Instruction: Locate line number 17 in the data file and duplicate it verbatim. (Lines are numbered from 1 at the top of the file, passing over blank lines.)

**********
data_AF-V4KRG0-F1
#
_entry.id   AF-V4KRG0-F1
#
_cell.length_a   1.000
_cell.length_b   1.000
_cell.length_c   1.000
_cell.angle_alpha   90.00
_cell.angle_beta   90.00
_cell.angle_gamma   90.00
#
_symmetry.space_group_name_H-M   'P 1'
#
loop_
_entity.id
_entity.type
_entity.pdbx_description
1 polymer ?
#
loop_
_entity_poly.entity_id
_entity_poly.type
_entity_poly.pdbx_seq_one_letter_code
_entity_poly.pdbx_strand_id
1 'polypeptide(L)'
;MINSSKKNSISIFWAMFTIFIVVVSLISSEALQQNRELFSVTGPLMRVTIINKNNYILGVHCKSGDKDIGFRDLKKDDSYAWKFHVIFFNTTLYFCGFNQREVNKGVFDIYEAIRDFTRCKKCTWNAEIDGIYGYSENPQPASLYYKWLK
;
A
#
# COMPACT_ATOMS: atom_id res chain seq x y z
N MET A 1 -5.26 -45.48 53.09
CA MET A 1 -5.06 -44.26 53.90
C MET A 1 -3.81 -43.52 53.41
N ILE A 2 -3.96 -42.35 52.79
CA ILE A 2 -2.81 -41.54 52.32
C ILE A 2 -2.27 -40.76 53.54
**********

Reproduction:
_entity.pdbx_description